Soon enough, my kids are going to be teenagers and not want to have as much to do with me as they do now. Hopefully, our closeness and our healthy relationship will continue through those tumultuous (or at least they were for me and everyone else I know) years and come out well on the other side. But I will still be living my life and don’t want to become too wrapped up in them at the expense of fostering my own adult friendships.

So lately, I’ve been easing back a bit, encouraging my kids to go on more playdates and worked at setting up my own dates. I adore my kids, but I don’t need them to be my best friends.

(photo: OtnaYdur / Shutterstock)

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  • Justme

    As a public school teacher, more parents need to be like you.

    A youth minister I know once said in reference to her church kids requesting her as a Facebook friend: “I am not your FRIEND, I am an adult who cares.”

    And personally, I like having friends that can drive and drink wine with me….not at the same time, of course.

    And if I’m friends with my child….who will listen to me complain about my child!? :)

    • K.

      I’m a teacher too and I totally agree. Moms and Dads who worry about their children “liking” them wind up raising insecure children–probably the opposite of what they intended.

  • LiteBrite

    Has anyone ever seen the movie “Boiler Room?” If you have, there is a really funny exchange between the main character, Seth, and his father at a restaurant. Seth is going on about how hard his dad was on him and says “Our relationship has suffered.” His dad just looks at him and says, “Our relationship? What are we, girlfriends? Seth, I’m not your best friend; that’s your mother’s job. My job is to tell you when you f*ck up.”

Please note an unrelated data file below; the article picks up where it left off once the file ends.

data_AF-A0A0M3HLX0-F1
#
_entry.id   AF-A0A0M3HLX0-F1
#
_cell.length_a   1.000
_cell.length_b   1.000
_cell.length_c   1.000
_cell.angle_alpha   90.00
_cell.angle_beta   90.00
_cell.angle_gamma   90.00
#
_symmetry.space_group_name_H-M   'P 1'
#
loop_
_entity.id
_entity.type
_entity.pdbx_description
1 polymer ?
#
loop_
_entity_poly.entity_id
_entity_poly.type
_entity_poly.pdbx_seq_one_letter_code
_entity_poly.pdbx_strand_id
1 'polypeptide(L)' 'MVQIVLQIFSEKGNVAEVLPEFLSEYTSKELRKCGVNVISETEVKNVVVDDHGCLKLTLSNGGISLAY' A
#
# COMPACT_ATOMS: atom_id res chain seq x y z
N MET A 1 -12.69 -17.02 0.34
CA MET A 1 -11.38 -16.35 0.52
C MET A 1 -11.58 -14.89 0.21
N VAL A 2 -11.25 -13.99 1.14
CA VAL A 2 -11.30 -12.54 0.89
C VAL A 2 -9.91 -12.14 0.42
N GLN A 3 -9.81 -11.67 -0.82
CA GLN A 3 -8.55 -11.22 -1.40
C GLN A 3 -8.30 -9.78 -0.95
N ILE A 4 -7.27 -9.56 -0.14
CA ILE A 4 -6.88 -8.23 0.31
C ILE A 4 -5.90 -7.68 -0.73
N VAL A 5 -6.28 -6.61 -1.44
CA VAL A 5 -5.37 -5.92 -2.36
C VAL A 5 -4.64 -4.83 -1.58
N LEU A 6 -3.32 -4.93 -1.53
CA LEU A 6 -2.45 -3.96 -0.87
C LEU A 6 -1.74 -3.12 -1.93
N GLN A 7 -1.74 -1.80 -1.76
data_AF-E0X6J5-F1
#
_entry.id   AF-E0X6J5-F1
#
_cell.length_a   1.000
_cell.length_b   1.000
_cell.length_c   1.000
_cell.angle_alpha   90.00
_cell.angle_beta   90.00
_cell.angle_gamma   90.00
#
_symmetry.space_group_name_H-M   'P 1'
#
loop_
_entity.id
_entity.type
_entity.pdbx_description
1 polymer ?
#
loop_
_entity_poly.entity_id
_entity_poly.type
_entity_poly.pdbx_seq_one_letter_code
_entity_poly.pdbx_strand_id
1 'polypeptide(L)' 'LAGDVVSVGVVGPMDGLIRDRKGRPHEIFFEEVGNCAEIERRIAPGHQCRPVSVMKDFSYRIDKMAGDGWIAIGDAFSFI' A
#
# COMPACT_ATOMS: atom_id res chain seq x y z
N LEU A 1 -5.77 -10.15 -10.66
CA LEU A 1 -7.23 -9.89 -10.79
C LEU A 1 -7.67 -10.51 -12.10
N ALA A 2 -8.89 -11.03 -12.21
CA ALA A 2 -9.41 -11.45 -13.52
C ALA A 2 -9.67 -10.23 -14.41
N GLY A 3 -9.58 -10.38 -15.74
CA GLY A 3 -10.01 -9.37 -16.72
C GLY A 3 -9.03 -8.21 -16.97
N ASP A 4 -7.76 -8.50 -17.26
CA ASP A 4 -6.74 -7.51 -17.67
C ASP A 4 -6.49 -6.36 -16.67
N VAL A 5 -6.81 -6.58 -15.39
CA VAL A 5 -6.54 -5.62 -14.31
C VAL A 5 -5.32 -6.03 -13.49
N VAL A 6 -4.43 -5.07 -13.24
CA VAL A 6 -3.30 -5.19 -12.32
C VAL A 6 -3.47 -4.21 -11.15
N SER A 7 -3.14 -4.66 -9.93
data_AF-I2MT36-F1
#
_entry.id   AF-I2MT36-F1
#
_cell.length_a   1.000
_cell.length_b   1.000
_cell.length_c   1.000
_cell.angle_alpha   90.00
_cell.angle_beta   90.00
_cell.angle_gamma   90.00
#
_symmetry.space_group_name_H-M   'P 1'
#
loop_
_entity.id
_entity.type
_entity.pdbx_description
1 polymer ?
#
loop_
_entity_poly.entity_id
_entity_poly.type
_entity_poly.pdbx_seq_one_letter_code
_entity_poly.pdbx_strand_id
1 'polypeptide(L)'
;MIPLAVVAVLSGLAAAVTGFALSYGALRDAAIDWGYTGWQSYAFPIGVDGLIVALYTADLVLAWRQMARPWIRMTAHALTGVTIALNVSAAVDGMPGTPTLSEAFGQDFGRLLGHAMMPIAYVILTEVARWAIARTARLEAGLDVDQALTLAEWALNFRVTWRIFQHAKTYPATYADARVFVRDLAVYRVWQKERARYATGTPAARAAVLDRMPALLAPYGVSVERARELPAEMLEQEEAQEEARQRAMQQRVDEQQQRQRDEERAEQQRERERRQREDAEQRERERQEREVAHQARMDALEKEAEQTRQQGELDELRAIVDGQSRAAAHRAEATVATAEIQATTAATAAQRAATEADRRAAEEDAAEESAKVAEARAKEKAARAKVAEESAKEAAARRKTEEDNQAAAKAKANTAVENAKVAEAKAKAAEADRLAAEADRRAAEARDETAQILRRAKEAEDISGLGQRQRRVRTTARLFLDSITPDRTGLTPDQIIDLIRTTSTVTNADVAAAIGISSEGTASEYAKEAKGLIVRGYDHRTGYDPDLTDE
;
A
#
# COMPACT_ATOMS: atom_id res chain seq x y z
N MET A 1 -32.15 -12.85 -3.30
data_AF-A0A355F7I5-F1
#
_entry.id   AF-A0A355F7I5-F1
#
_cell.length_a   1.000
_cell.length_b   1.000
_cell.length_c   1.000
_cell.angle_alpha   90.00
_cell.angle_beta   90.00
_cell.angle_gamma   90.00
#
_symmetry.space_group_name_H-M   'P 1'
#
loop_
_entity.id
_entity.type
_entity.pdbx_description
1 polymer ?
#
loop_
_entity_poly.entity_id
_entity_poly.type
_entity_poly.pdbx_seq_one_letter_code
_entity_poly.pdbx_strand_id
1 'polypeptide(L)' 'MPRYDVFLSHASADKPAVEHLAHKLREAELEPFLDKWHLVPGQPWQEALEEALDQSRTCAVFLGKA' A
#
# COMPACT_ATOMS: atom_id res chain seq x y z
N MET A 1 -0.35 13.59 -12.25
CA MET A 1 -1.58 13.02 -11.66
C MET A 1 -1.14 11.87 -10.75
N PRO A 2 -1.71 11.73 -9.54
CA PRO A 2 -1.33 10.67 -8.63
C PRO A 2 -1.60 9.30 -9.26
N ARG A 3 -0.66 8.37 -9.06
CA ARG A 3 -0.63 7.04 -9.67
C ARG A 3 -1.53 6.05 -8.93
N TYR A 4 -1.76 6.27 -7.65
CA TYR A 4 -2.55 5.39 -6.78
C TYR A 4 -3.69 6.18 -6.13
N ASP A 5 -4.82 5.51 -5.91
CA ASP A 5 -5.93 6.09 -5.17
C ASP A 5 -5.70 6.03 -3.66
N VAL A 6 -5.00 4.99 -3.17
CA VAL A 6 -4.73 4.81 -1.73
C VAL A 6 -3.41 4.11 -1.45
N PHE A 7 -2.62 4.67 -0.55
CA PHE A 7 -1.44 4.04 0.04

That’s pretty much how DH and I feel about our son. We love him. We want to have a good relationship with him, one based on trust and respect. But we are NOT his friends nor do we want to be. We are his parents, and there is a difference. Our job is to teach him how to be a productive member of society. His friends may help him screw that up. Our job is to tell him WHEN he screws it up (and to dole out the appropriate punishment for it).

    I know that may sound harsh to some people, but I really think that parents need to be careful about blurring that line between parent and friend. I know of a few cases where that line hasn’t been set, and it’s not working out well (at least IMHO).

  • whiteroses

    My mom is one of my best friends. But that only happened when I hit my twenties. Before that, she was very much my parent. We had a great time together when I was a kid, playing and watching movies and reading books, but she was also the person who grounded me. Our relationship developed as all friendships do- based around mutual interests and respect. But I always felt like I could tell her anything and she’d give me good advice. It’s a very fine line to walk.

    I’d still spend time with her if it’s offered, but I still go and hang out with my peer group friends. Frankly, they understand me more in a lot of ways than my mother ever could, and vice versa. I think this whole idea of parents being friends is only a good one when the kids are adults themselves.